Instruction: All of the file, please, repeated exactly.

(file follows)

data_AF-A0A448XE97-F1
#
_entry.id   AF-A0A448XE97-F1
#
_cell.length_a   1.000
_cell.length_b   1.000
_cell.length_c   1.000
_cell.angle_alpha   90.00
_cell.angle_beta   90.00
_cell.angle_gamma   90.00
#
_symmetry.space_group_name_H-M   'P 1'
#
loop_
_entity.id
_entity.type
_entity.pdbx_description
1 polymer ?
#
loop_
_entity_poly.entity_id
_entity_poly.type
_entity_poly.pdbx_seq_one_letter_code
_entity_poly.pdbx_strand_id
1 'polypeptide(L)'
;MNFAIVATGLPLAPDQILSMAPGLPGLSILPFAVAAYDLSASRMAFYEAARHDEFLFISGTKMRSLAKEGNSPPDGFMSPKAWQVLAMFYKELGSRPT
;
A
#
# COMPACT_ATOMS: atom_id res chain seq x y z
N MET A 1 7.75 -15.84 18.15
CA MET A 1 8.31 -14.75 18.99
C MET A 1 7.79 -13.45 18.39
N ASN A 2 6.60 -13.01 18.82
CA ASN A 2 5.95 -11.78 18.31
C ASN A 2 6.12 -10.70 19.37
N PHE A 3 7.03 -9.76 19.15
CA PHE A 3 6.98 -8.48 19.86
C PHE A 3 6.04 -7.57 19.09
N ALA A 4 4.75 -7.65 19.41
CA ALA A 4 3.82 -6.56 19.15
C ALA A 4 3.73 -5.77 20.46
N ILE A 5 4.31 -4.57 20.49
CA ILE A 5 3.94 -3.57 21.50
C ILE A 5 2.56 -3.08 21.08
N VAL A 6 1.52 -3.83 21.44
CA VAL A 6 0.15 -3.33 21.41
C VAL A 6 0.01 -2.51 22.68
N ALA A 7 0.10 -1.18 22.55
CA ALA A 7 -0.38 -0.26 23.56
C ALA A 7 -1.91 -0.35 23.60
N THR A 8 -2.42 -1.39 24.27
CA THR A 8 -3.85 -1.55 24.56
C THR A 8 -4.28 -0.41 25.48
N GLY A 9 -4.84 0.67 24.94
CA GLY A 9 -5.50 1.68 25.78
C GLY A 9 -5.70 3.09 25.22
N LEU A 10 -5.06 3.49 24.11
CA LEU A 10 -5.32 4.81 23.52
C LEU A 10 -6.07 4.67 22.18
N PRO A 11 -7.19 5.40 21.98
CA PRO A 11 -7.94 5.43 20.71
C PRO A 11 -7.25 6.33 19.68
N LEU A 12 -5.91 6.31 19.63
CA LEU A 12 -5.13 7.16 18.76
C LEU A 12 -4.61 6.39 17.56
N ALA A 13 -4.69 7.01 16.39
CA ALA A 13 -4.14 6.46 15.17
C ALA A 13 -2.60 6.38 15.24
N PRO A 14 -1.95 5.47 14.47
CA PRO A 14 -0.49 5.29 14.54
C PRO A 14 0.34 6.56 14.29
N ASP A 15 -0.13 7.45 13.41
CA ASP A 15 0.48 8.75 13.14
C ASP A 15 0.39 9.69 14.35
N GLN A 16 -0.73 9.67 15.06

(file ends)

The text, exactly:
data_AF-A0A448XE97-F1
#
_entry.id   AF-A0A448XE97-F1
#
_cell.length_a   1.000
_cell.length_b   1.000
_cell.length_c   1.000
_cell.angle_alpha   90.00
_cell.angle_beta   90.00
_cell.angle_gamma   90.00
#
_symmetry.space_group_name_H-M   'P 1'
#
loop_
_entity.id
_entity.type
_entity.pdbx_description
1 polymer ?
#
loop_
_entity_poly.entity_id
_entity_poly.type
_entity_poly.pdbx_seq_one_letter_code
_entity_poly.pdbx_strand_id
1 'polypeptide(L)'
;MNFAIVATGLPLAPDQILSMAPGLPGLSILPFAVAAYDLSASRMAFYEAARHDEFLFISGTKMRSLAKEGNSPPDGFMSPKAWQVLAMFYKELGSRPT
;
A
#
# COMPACT_ATOMS: atom_id res chain seq x y z
N MET A 1 7.75 -15.84 18.15
CA MET A 1 8.31 -14.75 18.99
C MET A 1 7.79 -13.45 18.39
N ASN A 2 6.60 -13.01 18.82
CA ASN A 2 5.95 -11.78 18.31
C ASN A 2 6.12 -10.70 19.37
N PHE A 3 7.03 -9.76 19.15
CA PHE A 3 6.98 -8.48 19.86
C PHE A 3 6.04 -7.57 19.09
N ALA A 4 4.75 -7.65 19.41
CA ALA A 4 3.82 -6.56 19.15
C ALA A 4 3.73 -5.77 20.46
N ILE A 5 4.31 -4.57 20.49
CA ILE A 5 3.94 -3.57 21.50
C ILE A 5 2.56 -3.08 21.08
N VAL A 6 1.52 -3.83 21.44
CA VAL A 6 0.15 -3.33 21.41
C VAL A 6 0.01 -2.51 22.68
N ALA A 7 0.10 -1.18 22.55
CA ALA A 7 -0.38 -0.26 23.56
C ALA A 7 -1.91 -0.35 23.60
N THR A 8 -2.42 -1.39 24.27
CA THR A 8 -3.85 -1.55 24.56
C THR A 8 -4.28 -0.41 25.48
N GLY A 9 -4.84 0.67 24.94
CA GLY A 9 -5.50 1.68 25.78
C GLY A 9 -5.70 3.09 25.22
N LEU A 10 -5.06 3.49 24.11
CA LEU A 10 -5.32 4.81 23.52
C LEU A 10 -6.07 4.67 22.18
N PRO A 11 -7.19 5.40 21.98
CA PRO A 11 -7.94 5.43 20.71
C PRO A 11 -7.25 6.33 19.68
N LEU A 12 -5.91 6.31 19.63
CA LEU A 12 -5.13 7.16 18.76
C LEU A 12 -4.61 6.39 17.56
N ALA A 13 -4.69 7.01 16.39
CA ALA A 13 -4.14 6.46 15.17
C ALA A 13 -2.60 6.38 15.24
N PRO A 14 -1.95 5.47 14.47
CA PRO A 14 -0.49 5.29 14.54
C PRO A 14 0.34 6.56 14.29
N ASP A 15 -0.13 7.45 13.41
CA ASP A 15 0.48 8.75 13.14
C ASP A 15 0.39 9.69 14.35
N GLN A 16 -0.73 9.67 15.06